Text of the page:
Social Media for Social Good, Part Four: Facebook
I've written several posts in a series about utilizing social media for social good. I've written about Twitter and blogging as platforms for activists sharing information and I've written about particular campaigns, including the World Malaria Day campaign. Last week, I'd planned to write about Facebook as a vehicle for social good, but I'll admit, my own concerns about the company's privacy policies made me hesitate about doing so.
Of course, the amazing thing about social media is that the power rests not just in one particular company or in one particular platform, but in the users -- the millions of users -- of these various sites. And as the week has gone by and as more and more people have questioned Facebook's stance on sharing personal data, it may well be that Facebook has to bow to the wishes of the people, rather than to the wishes of the marketers that drive, in part, the desire to know what we all "like" on the social networking site.
Despite concerns about Facebook, the site has proven to be a powerful force for mobilizing people. There is a good reason that it has quickly become the destination on the Web, second only to Google's search, and in no small part, it's because our friends -- not just our "followers" as we have on Twitter or our "connections" as we have on LinkedIn, but truly our "friends" -- are on Facebook. Facebook is the place in which we can connect with old friends from high school, stay in touch with distant relatives, find out what co-workers past and present are up to, see what our friends care and think about.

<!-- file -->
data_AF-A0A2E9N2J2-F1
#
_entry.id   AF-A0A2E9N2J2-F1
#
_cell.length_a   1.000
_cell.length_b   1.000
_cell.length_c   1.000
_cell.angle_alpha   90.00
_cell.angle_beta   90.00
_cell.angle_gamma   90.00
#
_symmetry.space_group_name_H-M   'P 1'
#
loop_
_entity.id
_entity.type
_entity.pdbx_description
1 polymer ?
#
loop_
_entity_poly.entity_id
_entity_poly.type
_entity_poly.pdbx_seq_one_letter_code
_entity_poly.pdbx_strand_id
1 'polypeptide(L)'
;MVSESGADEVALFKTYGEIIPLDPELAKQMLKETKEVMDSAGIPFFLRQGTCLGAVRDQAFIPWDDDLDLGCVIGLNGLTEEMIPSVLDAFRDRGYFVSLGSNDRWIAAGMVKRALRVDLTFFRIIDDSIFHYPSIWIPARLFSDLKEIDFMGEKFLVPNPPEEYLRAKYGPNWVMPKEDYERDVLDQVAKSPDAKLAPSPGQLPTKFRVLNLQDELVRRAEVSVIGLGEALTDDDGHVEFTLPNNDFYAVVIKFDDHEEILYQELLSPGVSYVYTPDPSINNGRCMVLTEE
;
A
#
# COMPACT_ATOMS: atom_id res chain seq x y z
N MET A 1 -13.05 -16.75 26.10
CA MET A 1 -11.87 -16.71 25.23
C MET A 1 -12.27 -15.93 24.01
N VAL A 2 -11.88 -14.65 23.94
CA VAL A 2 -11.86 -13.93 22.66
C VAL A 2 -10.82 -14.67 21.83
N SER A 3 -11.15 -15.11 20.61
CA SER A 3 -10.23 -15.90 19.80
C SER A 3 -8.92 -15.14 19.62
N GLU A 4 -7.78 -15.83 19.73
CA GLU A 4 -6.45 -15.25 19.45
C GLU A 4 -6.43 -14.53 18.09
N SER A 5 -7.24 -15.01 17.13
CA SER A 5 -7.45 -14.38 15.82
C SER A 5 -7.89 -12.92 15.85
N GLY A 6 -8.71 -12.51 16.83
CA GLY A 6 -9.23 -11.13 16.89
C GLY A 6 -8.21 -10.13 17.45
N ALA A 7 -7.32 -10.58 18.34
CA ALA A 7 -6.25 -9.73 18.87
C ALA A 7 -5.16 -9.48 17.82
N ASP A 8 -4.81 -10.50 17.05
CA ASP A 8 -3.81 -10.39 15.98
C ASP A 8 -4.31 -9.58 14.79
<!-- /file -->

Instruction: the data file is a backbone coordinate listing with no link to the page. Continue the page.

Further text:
And the ability to have a space where we can show what we care and think about should not be underestimated. Â These are the people, perhaps, we have the most sway over. Â These are the people, perhaps, we can truly have the most rigorous and open debate.
Through the site's "fan" pages -- now the site uses the word "like" in lieu of "fan" -- we are able to show our affinity with a number of products, services, ideas, and organizations. Arguably there's a danger where one click allows you to "like" both jelly-filled donuts and a gubernatorial candidate with the same digital effort. But a candidate or a campaign can then utilize that support to spread messages and to further expand their reach. (Of course, a jelly-filled donut could use the site for the same purpose, I suppose.)
As access to mainstream media tends to be beyond the budgets of many grassroots efforts, having a page on Facebook allows for entry into the public sphere at no cost. Â Facebook joins that public sphere with the more private sphere of one's personal circle of friends. Â Although I have heard friends lament some of the political opinions they see shared on their Facebook walls, I contend that this is precisely the space in which we can truly explore our differences and build coalitions and campaigns with those whom we find political (and social media) affinity.